A Modular Activation/ Coherence Approach to Evaluating Clinical/QEEG Correlations and for Guiding Neurofeedback Training: Modular Insufficiencies, Modular Excesses, Disconnections, and Hyperconnections

Jonathan E. Walker, Gerald P. Kozlowski, Robert Lawson


Current approaches to QEEG-guided neurofeedback involve efforts to normalize the abnormalities seen, without reference to the functional localization of the cortical areas involved. Recent advances in cortical neurophysiology indicate that specific brain areas are developed to perform certain functions (cortical modules). Complex brain functions require cooperation between modules, particularly during a learning situation. For example, the left prefrontal “activation module” must cooperate with one or both occipital “visual modules” to attend and see something on a chalkboard. To remember what has been seen, both temporal “memory modules” must cooperate with the visual modules for the image to be retained in short-term memory. If the connections between these modules are not functioning optimally, visual learning will be impaired. Decreased coherence (hypocoherence) indicates a decrease in functional connectivity between these modules, and increased coherence (hypercoherence) indicates an increase in functional connectivity between the modules. Neurofeedback can be used to normalize coherence between these modules, thereby improving the efficiency of their cooperation in the learning process. If coherence is less than normal, it is trained up. If coherence is more than normal, it is trained down. Three cases are presented where this approach has succeeded in remediating the client’s symptoms.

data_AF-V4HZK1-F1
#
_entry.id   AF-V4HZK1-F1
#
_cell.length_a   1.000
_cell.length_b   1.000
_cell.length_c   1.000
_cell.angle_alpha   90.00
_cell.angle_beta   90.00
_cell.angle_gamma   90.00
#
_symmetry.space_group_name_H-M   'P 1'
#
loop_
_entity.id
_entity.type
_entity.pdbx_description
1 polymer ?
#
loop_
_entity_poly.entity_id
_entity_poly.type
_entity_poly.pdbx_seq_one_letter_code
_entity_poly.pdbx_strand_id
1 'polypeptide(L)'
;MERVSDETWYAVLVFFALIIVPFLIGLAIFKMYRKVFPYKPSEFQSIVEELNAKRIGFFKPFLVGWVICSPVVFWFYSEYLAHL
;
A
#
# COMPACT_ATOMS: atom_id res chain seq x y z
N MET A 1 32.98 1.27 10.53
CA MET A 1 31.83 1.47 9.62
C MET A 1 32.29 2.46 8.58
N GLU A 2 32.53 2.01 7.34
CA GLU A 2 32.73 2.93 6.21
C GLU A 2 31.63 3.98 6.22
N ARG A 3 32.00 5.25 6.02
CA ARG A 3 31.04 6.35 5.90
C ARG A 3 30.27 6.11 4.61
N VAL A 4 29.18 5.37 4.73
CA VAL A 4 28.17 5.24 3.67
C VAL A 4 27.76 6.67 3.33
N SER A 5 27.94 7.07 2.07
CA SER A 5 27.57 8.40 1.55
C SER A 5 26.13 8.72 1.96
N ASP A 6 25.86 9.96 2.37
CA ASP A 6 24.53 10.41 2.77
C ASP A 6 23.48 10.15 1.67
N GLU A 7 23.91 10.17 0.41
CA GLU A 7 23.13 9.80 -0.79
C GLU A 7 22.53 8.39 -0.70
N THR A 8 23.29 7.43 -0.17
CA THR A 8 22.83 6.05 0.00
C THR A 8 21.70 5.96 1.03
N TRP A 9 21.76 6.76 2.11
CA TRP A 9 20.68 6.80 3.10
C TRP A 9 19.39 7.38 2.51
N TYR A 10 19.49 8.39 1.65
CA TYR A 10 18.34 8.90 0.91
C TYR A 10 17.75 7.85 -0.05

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DOI: http://dx.doi.org/10.1300/J184v11n01_03


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